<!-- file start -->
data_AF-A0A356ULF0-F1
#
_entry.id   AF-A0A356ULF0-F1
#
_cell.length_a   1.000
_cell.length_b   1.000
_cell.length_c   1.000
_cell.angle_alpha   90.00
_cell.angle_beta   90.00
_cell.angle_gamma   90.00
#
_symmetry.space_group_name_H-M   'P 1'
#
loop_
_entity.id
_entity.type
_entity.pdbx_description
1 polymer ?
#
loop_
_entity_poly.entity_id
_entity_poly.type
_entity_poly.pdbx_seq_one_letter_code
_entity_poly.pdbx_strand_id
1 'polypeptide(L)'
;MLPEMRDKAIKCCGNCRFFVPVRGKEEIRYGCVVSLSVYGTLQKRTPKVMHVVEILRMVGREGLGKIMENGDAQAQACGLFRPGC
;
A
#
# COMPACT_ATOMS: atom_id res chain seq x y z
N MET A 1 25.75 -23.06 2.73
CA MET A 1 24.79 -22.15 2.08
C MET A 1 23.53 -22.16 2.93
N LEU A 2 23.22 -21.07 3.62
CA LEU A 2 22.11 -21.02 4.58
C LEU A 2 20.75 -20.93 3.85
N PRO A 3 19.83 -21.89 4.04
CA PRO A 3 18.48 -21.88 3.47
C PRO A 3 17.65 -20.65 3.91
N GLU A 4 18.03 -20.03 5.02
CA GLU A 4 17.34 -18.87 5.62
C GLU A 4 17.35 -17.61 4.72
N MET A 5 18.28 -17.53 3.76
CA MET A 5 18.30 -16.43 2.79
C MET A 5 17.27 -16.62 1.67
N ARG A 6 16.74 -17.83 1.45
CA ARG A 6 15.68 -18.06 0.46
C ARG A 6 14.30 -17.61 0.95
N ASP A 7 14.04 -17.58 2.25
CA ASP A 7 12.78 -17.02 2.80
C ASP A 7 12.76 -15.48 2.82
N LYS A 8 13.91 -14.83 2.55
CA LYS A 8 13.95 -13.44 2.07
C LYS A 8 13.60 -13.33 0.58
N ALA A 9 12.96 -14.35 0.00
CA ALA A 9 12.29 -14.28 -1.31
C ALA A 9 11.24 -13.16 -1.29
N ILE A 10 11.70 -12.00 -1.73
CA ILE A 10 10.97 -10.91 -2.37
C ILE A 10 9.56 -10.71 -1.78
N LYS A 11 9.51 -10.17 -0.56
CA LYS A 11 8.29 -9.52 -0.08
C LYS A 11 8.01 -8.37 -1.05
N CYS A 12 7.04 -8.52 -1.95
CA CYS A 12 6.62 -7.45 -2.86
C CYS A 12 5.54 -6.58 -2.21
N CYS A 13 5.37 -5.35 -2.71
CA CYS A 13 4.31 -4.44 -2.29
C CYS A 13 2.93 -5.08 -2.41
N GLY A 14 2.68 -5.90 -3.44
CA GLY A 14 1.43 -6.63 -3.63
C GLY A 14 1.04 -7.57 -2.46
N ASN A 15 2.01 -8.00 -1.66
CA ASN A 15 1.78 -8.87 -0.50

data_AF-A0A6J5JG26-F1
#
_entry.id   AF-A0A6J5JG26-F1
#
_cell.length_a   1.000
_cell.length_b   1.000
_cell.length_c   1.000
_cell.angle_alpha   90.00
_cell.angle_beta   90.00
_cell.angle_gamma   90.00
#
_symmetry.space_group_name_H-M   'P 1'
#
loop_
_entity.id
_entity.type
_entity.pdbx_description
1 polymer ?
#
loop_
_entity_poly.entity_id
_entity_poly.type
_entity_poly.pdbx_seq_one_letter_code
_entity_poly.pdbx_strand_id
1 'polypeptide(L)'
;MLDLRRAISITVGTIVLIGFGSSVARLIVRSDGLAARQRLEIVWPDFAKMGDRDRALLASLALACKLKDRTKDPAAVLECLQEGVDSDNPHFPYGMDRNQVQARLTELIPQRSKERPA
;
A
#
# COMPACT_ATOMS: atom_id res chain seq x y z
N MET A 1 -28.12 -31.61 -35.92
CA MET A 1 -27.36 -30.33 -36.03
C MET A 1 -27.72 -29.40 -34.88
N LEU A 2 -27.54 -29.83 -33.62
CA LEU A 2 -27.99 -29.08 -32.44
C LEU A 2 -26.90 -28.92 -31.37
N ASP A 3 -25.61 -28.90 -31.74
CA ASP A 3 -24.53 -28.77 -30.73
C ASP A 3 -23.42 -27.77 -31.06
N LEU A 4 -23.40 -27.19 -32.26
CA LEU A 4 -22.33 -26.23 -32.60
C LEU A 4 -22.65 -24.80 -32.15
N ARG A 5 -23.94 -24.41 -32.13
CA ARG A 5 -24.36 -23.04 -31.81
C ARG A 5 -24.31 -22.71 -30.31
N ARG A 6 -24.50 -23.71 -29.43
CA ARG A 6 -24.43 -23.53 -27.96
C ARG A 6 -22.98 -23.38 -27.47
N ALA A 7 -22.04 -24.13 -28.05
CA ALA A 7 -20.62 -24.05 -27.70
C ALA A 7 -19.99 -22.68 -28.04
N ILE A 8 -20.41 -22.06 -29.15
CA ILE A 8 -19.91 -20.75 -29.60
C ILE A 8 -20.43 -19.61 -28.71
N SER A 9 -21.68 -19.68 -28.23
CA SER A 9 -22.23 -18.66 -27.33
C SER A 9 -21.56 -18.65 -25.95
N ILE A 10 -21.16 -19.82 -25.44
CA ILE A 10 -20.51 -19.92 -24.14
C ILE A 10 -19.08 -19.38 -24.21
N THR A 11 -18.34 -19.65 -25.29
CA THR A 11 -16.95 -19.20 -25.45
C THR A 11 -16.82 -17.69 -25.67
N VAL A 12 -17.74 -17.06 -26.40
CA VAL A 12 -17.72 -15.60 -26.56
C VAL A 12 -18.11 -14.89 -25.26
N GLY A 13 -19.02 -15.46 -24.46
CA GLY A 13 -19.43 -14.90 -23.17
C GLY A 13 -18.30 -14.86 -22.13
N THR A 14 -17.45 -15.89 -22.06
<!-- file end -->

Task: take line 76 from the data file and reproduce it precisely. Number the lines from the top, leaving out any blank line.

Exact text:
#